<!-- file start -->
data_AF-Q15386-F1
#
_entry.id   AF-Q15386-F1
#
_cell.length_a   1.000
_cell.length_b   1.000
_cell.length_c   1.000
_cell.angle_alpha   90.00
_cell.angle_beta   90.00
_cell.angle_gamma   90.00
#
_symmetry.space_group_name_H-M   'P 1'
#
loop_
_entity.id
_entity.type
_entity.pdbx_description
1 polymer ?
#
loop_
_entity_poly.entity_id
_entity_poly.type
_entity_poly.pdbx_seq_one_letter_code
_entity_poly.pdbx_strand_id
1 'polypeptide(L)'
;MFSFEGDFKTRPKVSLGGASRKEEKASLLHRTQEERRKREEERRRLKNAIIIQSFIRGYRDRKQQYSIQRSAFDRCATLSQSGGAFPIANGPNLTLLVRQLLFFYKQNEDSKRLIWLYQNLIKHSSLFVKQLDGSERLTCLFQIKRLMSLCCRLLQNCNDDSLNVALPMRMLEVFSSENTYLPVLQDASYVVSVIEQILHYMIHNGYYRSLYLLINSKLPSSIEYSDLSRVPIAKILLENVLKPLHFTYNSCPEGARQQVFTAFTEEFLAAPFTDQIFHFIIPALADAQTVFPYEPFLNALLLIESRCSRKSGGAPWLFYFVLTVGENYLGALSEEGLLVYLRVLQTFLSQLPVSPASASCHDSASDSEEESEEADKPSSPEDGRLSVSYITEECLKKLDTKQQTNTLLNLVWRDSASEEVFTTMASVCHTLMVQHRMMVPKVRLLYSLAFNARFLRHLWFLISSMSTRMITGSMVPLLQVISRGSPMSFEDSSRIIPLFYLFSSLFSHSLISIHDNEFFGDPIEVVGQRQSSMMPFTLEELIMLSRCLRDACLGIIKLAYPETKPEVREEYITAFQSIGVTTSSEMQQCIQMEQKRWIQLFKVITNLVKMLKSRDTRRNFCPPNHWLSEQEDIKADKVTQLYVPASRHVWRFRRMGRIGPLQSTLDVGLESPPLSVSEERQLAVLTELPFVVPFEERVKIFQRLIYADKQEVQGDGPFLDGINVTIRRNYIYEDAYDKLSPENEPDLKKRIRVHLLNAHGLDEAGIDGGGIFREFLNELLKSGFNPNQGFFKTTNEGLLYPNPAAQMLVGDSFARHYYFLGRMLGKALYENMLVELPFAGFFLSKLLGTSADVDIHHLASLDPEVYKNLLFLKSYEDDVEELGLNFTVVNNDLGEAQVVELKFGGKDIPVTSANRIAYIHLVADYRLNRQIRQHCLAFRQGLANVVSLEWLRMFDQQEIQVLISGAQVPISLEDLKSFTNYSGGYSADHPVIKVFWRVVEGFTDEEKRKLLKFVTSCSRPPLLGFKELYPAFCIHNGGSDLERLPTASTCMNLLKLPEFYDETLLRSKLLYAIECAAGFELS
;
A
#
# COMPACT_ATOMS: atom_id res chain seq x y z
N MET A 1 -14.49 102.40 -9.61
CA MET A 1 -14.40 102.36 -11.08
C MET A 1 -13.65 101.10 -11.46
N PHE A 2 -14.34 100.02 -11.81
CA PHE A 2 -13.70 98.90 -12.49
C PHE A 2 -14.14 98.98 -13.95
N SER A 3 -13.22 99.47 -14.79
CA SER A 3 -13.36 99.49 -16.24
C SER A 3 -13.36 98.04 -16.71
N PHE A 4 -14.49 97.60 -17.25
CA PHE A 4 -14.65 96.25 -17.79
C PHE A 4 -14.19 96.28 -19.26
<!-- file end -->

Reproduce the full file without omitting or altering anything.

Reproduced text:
data_AF-Q15386-F1
#
_entry.id   AF-Q15386-F1
#
_cell.length_a   1.000
_cell.length_b   1.000
_cell.length_c   1.000
_cell.angle_alpha   90.00
_cell.angle_beta   90.00
_cell.angle_gamma   90.00
#
_symmetry.space_group_name_H-M   'P 1'
#
loop_
_entity.id
_entity.type
_entity.pdbx_description
1 polymer ?
#
loop_
_entity_poly.entity_id
_entity_poly.type
_entity_poly.pdbx_seq_one_letter_code
_entity_poly.pdbx_strand_id
1 'polypeptide(L)'
;MFSFEGDFKTRPKVSLGGASRKEEKASLLHRTQEERRKREEERRRLKNAIIIQSFIRGYRDRKQQYSIQRSAFDRCATLSQSGGAFPIANGPNLTLLVRQLLFFYKQNEDSKRLIWLYQNLIKHSSLFVKQLDGSERLTCLFQIKRLMSLCCRLLQNCNDDSLNVALPMRMLEVFSSENTYLPVLQDASYVVSVIEQILHYMIHNGYYRSLYLLINSKLPSSIEYSDLSRVPIAKILLENVLKPLHFTYNSCPEGARQQVFTAFTEEFLAAPFTDQIFHFIIPALADAQTVFPYEPFLNALLLIESRCSRKSGGAPWLFYFVLTVGENYLGALSEEGLLVYLRVLQTFLSQLPVSPASASCHDSASDSEEESEEADKPSSPEDGRLSVSYITEECLKKLDTKQQTNTLLNLVWRDSASEEVFTTMASVCHTLMVQHRMMVPKVRLLYSLAFNARFLRHLWFLISSMSTRMITGSMVPLLQVISRGSPMSFEDSSRIIPLFYLFSSLFSHSLISIHDNEFFGDPIEVVGQRQSSMMPFTLEELIMLSRCLRDACLGIIKLAYPETKPEVREEYITAFQSIGVTTSSEMQQCIQMEQKRWIQLFKVITNLVKMLKSRDTRRNFCPPNHWLSEQEDIKADKVTQLYVPASRHVWRFRRMGRIGPLQSTLDVGLESPPLSVSEERQLAVLTELPFVVPFEERVKIFQRLIYADKQEVQGDGPFLDGINVTIRRNYIYEDAYDKLSPENEPDLKKRIRVHLLNAHGLDEAGIDGGGIFREFLNELLKSGFNPNQGFFKTTNEGLLYPNPAAQMLVGDSFARHYYFLGRMLGKALYENMLVELPFAGFFLSKLLGTSADVDIHHLASLDPEVYKNLLFLKSYEDDVEELGLNFTVVNNDLGEAQVVELKFGGKDIPVTSANRIAYIHLVADYRLNRQIRQHCLAFRQGLANVVSLEWLRMFDQQEIQVLISGAQVPISLEDLKSFTNYSGGYSADHPVIKVFWRVVEGFTDEEKRKLLKFVTSCSRPPLLGFKELYPAFCIHNGGSDLERLPTASTCMNLLKLPEFYDETLLRSKLLYAIECAAGFELS
;
A
#
# COMPACT_ATOMS: atom_id res chain seq x y z
N MET A 1 -14.49 102.40 -9.61
CA MET A 1 -14.40 102.36 -11.08
C MET A 1 -13.65 101.10 -11.46
N PHE A 2 -14.34 100.02 -11.81
CA PHE A 2 -13.70 98.90 -12.49
C PHE A 2 -14.14 98.98 -13.95
N SER A 3 -13.22 99.47 -14.79
CA SER A 3 -13.36 99.49 -16.24
C SER A 3 -13.36 98.04 -16.71
N PHE A 4 -14.49 97.60 -17.25
CA PHE A 4 -14.65 96.25 -17.79
C PHE A 4 -14.19 96.28 -19.26